SEC to Scrutinize Firms Offering Crypto Advice
- The SEC recently warned investors to be cautious when adding crypto to their individual retirement accounts.
- The SEC said it will prioritize the activities of firms offering crypto advice in 2023.
The US Securities and Exchange Commission (SEC) has announced that it will prioritize the handling of crypto assets in 2023. The SEC’s Division of Examination made this known during the annual meeting, revealing that crypto brokers and companies offering crypto investment advice will be closely observed by the SEC.
A statement from the SEC noted that SEC-registered brokers and advisers would have to follow “respective standards of care” when providing investment advice or making recommendations. The regulator said it will monitor such firms to see if they routinely evaluate and improve procedures to align with “compliance, disclosure, and risk management practices.”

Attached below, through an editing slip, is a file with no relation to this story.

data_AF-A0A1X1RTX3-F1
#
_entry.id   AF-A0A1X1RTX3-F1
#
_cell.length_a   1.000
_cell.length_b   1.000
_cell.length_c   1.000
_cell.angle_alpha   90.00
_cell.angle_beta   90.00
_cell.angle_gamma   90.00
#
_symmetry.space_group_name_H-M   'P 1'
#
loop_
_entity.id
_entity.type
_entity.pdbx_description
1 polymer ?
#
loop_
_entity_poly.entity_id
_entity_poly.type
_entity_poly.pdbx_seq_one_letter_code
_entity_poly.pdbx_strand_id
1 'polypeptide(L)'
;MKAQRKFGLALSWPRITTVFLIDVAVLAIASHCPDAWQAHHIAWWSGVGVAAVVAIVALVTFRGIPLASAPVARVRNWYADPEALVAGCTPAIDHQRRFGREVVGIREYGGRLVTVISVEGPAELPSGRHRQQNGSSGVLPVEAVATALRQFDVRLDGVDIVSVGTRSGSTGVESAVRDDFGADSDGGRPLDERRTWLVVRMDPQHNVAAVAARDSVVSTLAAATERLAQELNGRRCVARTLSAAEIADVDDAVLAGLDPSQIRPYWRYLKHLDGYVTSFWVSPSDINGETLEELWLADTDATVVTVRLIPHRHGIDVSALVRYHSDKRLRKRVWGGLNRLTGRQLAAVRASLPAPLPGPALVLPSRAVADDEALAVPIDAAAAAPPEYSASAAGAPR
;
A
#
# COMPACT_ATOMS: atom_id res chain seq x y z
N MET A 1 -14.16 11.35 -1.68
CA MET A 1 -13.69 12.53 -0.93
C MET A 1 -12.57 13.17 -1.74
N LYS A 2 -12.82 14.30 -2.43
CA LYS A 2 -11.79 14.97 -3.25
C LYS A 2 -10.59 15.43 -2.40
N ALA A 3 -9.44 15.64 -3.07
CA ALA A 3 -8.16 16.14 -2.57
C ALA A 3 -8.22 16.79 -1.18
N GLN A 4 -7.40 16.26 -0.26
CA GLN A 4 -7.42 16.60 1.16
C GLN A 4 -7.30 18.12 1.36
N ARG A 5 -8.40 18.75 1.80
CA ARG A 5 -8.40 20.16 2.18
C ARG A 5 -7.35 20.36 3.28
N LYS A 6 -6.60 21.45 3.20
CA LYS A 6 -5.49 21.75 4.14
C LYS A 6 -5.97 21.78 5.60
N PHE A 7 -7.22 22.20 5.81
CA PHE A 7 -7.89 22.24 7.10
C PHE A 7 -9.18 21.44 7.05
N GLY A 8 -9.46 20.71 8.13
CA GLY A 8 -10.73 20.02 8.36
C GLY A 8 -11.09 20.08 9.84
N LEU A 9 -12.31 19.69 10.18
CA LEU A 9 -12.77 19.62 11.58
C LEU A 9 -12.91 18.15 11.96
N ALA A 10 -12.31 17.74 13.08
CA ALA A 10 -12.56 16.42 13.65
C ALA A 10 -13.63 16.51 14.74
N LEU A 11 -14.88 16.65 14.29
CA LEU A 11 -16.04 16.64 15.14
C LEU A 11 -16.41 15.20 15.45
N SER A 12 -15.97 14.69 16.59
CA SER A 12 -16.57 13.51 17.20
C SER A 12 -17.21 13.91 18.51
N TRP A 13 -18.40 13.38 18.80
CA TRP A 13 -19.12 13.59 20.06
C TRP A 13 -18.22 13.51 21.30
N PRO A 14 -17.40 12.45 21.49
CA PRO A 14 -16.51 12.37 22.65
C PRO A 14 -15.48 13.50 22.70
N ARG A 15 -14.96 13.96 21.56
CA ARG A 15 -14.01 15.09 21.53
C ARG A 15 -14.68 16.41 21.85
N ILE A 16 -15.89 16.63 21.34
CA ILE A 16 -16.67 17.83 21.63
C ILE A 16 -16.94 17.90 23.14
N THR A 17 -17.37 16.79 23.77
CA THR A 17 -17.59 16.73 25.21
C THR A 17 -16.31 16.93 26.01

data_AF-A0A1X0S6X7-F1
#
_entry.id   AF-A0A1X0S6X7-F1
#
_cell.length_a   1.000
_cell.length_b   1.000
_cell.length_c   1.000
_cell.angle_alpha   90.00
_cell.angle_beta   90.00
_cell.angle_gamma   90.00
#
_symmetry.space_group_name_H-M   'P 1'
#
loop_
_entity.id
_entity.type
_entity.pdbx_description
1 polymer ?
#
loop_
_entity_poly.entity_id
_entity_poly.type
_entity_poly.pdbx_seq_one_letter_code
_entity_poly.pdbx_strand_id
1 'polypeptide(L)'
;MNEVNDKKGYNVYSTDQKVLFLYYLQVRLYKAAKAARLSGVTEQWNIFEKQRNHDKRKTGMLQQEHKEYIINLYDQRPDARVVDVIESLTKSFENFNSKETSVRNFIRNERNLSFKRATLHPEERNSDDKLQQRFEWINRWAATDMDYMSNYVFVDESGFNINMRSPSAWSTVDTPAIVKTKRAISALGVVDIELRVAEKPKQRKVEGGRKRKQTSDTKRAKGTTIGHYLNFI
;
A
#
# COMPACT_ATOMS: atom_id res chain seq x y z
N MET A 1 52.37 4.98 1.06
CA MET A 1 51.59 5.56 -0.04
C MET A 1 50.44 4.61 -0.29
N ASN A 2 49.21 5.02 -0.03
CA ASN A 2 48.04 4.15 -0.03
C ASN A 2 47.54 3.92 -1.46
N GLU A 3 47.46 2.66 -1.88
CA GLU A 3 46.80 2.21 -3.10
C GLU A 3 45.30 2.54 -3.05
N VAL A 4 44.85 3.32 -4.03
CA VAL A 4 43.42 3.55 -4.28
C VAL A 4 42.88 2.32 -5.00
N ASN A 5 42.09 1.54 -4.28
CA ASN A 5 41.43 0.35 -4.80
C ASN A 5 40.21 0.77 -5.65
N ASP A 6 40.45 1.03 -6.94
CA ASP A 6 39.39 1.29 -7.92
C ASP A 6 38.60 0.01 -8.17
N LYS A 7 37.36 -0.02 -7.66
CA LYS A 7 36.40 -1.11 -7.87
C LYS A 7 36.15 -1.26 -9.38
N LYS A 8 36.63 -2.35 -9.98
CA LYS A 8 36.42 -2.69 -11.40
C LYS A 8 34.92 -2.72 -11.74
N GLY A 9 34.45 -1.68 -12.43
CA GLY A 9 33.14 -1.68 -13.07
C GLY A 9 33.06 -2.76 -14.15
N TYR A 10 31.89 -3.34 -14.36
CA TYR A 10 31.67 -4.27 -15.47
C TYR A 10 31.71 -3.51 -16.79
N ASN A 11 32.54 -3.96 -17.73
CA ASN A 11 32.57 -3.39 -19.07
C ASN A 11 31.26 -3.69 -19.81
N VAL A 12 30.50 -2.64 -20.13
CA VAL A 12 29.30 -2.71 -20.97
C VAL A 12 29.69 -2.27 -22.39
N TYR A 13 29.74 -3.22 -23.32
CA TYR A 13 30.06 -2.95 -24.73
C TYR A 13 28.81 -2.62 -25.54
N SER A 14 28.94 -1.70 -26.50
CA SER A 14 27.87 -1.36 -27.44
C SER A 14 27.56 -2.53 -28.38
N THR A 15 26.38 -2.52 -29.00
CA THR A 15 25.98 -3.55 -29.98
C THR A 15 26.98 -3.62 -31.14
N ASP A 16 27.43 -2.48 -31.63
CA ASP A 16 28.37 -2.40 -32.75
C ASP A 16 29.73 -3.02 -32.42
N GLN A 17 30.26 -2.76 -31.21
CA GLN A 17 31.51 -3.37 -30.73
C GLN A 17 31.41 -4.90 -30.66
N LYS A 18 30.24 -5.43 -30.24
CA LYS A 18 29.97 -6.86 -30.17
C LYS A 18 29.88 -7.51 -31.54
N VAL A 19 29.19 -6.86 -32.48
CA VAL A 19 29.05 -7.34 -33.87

Richard R. Best, Director, Division of Examinations, said:
Our examination program continues to move forward and remains committed to furthering investor protection through high-quality examinations and staying abreast of the latest industry trends and emerging risks to investors and the markets.
The SEC’s 2023 priorities resembled its 2022 priorities, although it appears this year the agency is focusing more on broker care and conduct rules. In 2022, the regulator focused on the risks posed by emerging technologies such as cryptocurrencies.
These priorities, according to SEC Chair Gary Gensler, are intended to safeguard investors as the crypto and tech markets continue to expand. According to Gensler, the majority of cryptocurrencies are securities that need to be registered.
The SEC’s scrutiny of the crypto space intensified after the collapse of crypto exchange FTX. According to reports, the regulator has been investigating firms and individuals offering crypto advice without the necessary qualification.
On February 7, the Securities and Exchange Commission advised investors to exercise caution when adding cryptocurrencies to self-administered retirement accounts. Regulators and lawmakers have targeted crypto investment in and out of retirement accounts following a rough year that involved the collapse of platforms like FTX. Letitia James, the attorney general of New York, famously suggested banning cryptocurrency investments in IRAs and defined contribution plans in November.